HOW MUCH WATER DOES YOUR GARDEN NEED???
Improper watering is the number one cause of plant failure. Knowing how wet the soil is where the plant roots are hard at work can help you determine your plants' health. Keep in mind: different plants have different watering needs. Learn those needs, then group plants together with similar watering requirements. The Sunset Western Garden Book is a good source for that information.
To determine the amount of water at the root level:
• A day or two after watering, dig down 8 to 10 inches with a trowel or small shovel, near the drip line (outer canopy) of the plant. Doing this in two or three spots would be more helpful.
• At that depth, grab a handful of the soil. Squeeze that handful. If it is muddy and watery, reduce your watering for plants that require regular (but not frequent) irrigation. If it is so dry you cannot form a clod in your hand (it turns to dust instead), increase your watering (for those plants that require moderate amounts of water).
• If you can form a dirt clod in your hand, yet break it apart with a little effort, that is probably the correct soil moisture for your plant.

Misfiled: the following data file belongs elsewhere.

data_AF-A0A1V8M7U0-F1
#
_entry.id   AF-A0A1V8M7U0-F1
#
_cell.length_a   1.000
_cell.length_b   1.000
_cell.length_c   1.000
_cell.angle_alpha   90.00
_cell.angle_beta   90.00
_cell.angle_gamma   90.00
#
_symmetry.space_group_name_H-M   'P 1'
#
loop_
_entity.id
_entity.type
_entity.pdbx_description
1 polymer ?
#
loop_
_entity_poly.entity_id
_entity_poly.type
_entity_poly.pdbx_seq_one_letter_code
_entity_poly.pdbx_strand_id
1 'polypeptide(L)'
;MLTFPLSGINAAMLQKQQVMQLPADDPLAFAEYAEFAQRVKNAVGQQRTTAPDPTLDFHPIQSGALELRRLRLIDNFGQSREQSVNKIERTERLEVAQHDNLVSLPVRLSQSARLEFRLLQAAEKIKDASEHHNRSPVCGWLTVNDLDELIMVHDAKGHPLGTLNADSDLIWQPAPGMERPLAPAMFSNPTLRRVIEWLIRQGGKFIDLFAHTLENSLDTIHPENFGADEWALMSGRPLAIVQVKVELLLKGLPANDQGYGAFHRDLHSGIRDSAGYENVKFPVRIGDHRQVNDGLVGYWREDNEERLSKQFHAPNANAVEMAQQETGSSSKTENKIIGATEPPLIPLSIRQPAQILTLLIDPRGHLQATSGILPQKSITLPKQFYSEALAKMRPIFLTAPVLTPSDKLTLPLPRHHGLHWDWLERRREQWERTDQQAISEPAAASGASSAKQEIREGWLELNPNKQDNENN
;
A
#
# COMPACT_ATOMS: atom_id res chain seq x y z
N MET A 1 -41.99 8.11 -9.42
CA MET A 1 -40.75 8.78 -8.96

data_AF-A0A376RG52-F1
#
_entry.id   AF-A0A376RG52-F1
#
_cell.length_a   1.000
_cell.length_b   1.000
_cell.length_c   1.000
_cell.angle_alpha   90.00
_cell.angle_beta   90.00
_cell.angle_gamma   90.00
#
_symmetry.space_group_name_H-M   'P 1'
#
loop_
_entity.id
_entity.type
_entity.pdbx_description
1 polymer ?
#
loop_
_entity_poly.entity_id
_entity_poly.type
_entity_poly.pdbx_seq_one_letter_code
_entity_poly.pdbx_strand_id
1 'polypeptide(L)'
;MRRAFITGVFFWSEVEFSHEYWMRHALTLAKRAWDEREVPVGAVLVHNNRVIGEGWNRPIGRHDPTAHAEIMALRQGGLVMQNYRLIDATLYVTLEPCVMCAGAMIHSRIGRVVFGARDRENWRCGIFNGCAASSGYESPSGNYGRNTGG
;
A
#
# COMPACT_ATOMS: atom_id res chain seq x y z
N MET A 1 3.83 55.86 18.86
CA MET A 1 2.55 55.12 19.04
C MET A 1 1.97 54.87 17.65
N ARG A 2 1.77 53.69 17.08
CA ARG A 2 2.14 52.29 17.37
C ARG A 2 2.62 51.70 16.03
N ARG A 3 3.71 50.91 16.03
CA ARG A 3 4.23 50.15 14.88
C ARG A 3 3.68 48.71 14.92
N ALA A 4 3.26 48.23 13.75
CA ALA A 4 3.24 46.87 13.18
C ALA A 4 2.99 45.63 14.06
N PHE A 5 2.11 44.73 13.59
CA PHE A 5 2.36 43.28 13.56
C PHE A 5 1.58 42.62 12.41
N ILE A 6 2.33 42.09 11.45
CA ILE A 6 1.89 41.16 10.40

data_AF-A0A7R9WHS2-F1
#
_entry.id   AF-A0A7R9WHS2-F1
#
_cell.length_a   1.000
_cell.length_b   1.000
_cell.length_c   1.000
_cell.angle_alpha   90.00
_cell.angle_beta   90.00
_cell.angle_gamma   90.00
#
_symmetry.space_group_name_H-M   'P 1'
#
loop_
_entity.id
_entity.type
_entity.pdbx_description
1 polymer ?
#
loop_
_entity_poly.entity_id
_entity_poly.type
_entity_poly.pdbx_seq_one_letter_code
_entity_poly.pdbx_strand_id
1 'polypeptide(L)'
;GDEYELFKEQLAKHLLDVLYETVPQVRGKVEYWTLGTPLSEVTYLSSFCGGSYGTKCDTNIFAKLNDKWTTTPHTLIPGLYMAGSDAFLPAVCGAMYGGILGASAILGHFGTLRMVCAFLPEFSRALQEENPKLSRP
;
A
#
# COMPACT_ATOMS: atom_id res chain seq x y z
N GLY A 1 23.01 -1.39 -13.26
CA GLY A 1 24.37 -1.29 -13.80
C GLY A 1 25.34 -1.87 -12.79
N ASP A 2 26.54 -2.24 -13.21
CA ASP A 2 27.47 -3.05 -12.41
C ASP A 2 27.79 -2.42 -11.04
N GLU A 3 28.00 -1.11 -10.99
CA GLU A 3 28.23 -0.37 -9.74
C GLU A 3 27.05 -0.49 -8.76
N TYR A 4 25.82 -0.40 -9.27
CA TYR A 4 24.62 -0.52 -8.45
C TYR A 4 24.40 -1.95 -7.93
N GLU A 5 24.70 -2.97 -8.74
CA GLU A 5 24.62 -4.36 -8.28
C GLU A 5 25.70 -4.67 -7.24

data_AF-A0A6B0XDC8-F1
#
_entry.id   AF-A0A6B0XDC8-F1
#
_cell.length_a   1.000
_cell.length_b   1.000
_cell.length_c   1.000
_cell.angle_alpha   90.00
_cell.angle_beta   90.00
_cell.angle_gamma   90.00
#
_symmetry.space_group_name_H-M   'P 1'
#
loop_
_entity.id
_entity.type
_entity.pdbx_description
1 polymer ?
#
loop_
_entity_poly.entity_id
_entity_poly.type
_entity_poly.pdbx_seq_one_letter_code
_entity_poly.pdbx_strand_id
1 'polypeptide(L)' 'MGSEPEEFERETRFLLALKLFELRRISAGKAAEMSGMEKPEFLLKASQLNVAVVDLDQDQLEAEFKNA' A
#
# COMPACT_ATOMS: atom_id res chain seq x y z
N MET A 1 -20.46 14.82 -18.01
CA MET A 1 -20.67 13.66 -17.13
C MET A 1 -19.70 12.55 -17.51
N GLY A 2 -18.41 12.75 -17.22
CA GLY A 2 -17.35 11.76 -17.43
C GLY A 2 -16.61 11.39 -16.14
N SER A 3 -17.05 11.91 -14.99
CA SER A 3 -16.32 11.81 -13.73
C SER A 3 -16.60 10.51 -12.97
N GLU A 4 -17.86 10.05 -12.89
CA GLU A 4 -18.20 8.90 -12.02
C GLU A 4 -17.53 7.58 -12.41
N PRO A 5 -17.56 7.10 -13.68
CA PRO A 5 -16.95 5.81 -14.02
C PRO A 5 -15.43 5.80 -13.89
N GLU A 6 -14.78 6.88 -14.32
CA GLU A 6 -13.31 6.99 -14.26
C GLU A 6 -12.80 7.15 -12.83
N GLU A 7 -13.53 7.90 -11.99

• An easier, but more unreliable way to measure the water content of the soil: purchase an inexpensive (under $10) moisture meter (pictured at top). Test its accuracy by putting its probe into a glass of water. If the probe does not read "wet", choose another. Expect it to function for only a year or so.
• Battery operated moisture meters may set you back a few more dollars, but in my experience - with proper care (clean them after each use, don't leave them outdoors) - they will last many years.
• Extended, infrequent, slowly applied irrigation is the most efficient watering method. Soaker hoses or drip irrigation systems work best. Here in the Central Valley, foothills, and Bay Area, run them for 3 to 6 hours at a time, twice a week, in the summer. This is only a guideline to get you started. Adjust that timing to your particular soil type and plants.
• And, don't forget: add more drip emitters and drip lines as the plant grows, especially for trees and shrubs. Make sure to get water to the outer canopy of the plant (and beyond) where the roots travel.
And, the video: How Much Water Do Your Plants Need?